Improving your learning…. how do you do it? As students, we often focus solely on what we are learning and neglect to think about how we are learning it. In fact, the process of learning and remembering anything is extremely complex. This post looks at the top 3 things you need to know to improve your learning.
Knowing how your brain processes information is one of the most important skills you will need to master to be successful at university or school.
Everyone’s brain receives and retains information differently. So, when making notes from your reading or revising for exams, try not to simply copy what someone else does. The aim of the game is to master the content you are being asked to learn. The best way to do this is to find out what works for you.
Do you remember things better when you…
No one can tell you what the best way for you to learn is, so think about it and come up with your own style!
The better you understand something, the more likely you are to be able recall it with a high level of accuracy. To do this, you need to personalise your approach.
Ever wondered how chess players can memorise thousands of different positions? Are they super-human? Of course not. They are experts at making sense of vast amounts of seemingly random information and understanding it in their own unique way. Rather than trying to learn the position of the pieces, they learn the patterns on the board which greatly enhances their ability to memorise the positions.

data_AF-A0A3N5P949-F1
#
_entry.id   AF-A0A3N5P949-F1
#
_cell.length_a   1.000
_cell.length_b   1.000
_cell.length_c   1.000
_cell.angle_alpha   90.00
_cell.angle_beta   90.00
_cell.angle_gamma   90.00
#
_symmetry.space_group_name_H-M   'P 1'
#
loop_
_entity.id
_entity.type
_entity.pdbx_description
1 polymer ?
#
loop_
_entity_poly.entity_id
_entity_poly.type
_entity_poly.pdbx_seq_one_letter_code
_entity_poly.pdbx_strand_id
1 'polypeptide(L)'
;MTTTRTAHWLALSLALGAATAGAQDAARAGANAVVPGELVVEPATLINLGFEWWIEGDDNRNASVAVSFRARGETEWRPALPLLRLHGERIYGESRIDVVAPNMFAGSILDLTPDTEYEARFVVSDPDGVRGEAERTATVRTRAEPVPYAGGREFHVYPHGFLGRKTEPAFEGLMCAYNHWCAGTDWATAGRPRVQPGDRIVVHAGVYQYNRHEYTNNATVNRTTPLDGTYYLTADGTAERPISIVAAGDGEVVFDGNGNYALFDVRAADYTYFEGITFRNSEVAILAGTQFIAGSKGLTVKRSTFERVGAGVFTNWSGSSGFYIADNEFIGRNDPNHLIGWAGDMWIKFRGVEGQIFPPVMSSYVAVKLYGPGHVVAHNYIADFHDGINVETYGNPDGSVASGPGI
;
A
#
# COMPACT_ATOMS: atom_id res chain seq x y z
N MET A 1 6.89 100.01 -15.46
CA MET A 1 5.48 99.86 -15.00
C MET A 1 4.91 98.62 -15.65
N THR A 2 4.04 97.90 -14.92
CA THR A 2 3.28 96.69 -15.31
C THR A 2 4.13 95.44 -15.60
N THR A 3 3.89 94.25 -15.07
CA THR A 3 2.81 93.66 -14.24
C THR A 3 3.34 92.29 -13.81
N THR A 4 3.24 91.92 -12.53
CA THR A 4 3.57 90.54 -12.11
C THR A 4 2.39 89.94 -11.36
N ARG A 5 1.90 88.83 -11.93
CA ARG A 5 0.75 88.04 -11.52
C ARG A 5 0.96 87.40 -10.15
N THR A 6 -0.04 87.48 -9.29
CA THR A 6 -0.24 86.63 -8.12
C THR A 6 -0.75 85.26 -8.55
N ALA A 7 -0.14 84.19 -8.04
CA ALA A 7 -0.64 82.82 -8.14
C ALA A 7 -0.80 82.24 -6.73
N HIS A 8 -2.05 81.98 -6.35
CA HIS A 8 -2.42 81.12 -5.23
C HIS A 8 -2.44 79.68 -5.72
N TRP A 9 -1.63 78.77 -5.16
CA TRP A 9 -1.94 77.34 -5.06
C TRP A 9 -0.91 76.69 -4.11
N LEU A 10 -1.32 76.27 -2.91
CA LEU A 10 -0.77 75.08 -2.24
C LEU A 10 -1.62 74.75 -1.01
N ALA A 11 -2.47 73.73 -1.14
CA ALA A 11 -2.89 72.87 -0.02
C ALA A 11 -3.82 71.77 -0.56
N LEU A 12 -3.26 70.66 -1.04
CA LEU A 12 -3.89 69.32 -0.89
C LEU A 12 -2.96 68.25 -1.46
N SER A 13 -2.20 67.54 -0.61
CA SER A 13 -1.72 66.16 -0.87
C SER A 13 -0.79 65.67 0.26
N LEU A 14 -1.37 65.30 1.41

Random information, no matter whether we use colourful diagrams or endless lists, is almost impossible to retain. You need to make sense of it, and once you do, you can remember anything!
Unfortunately, it isn’t enough to learn something once and hope to reproduce that knowledge weeks or months later in an exam. You need to use the information.
Research has shown that students who apply their knowledge regularly are more likely to perform better in exams. This is because applying what you have learnt is one of the most important parts of the learning process. Practicing past exam questions and problem sets is the most efficient way of using your knowledge, consolidating your understanding and ensuring exam success.
Written by a guest blogger